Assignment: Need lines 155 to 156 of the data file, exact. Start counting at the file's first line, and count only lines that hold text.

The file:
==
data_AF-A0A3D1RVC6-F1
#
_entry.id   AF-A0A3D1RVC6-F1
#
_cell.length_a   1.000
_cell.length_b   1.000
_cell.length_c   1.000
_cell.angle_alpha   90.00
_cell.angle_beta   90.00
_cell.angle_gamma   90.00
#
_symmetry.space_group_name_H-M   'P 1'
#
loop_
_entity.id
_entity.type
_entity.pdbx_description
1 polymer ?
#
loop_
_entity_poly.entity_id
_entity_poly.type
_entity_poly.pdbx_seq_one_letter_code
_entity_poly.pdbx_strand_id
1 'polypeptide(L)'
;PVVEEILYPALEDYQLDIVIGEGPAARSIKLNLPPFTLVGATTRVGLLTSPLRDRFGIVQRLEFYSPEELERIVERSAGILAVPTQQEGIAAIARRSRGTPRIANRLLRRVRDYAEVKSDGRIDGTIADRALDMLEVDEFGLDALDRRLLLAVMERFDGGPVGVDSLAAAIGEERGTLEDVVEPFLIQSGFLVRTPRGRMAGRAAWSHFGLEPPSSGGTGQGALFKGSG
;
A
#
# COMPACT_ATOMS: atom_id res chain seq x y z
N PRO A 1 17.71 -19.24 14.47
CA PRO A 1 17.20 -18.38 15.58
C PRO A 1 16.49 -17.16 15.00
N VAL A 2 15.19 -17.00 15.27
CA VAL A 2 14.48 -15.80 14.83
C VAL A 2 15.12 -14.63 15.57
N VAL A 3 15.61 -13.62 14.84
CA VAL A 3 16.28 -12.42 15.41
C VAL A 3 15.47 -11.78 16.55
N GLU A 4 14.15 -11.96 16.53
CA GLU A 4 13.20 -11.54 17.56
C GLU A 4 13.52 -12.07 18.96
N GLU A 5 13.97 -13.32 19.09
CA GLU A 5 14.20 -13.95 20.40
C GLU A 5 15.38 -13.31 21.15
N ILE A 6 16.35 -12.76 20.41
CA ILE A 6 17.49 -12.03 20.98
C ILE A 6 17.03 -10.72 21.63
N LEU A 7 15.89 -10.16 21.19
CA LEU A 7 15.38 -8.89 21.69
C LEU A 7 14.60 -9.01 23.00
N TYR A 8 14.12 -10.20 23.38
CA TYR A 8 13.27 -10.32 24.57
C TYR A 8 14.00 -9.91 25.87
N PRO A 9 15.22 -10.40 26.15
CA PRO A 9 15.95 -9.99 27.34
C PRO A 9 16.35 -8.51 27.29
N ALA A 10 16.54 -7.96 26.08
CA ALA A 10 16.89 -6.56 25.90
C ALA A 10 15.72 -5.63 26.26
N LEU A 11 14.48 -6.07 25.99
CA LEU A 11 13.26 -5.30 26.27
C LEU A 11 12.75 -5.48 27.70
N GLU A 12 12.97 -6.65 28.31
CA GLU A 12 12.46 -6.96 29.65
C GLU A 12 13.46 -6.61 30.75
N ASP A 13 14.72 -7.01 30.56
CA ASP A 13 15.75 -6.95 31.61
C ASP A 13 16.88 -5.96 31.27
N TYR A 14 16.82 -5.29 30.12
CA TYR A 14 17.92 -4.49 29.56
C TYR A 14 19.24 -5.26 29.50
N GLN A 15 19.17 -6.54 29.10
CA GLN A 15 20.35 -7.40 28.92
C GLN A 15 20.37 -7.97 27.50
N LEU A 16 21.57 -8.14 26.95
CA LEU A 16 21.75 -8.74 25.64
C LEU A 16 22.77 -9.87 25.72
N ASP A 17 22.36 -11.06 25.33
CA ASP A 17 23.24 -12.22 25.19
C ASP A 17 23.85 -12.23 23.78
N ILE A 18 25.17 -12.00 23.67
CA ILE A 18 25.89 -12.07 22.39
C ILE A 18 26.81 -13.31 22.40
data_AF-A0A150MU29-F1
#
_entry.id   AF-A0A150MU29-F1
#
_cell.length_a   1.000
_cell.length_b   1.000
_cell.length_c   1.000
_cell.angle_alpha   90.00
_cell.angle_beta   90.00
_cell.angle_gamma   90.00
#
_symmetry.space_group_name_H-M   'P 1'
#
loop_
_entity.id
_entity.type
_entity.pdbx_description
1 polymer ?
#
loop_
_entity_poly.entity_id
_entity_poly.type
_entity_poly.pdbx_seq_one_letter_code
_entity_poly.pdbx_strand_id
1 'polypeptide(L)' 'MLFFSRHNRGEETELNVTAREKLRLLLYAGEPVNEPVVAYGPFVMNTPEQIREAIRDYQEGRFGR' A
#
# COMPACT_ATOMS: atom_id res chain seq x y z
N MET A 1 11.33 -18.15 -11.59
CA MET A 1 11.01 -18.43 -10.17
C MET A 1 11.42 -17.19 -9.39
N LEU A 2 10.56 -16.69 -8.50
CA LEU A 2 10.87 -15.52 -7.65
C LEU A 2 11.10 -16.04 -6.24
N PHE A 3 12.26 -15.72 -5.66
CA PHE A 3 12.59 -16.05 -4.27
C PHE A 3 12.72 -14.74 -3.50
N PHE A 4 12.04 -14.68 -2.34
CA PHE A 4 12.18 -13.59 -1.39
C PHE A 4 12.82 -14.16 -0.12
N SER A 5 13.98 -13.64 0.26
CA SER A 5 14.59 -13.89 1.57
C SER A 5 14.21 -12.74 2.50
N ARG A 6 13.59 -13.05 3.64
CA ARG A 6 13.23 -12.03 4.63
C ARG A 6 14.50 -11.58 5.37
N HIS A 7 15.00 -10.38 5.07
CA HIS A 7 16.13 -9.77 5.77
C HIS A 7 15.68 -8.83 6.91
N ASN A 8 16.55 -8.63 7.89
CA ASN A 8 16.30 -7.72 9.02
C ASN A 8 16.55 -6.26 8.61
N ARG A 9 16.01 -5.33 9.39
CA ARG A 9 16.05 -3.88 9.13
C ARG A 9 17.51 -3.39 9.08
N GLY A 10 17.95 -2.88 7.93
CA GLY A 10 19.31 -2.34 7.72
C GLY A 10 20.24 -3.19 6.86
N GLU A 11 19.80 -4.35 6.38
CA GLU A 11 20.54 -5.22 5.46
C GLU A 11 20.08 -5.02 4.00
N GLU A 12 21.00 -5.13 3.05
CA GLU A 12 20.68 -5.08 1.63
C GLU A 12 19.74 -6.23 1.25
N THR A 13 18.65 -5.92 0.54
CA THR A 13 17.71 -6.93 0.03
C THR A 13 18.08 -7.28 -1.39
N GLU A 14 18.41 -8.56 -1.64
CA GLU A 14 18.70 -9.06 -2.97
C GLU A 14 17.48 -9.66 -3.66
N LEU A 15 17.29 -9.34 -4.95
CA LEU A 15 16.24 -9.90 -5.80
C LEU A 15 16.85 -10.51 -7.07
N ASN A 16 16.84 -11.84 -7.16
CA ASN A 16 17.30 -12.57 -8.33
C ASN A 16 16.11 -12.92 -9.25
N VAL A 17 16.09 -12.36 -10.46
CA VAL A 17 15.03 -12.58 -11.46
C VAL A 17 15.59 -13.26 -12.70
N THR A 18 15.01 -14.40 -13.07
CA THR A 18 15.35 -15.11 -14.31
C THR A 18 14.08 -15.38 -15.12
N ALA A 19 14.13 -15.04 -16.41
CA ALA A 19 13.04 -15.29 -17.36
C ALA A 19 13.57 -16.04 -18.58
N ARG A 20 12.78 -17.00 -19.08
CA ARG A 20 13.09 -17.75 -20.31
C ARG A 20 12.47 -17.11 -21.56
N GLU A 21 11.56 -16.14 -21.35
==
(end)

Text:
CA LEU A 15 16.24 -9.90 -5.80
C LEU A 15 16.85 -10.51 -7.07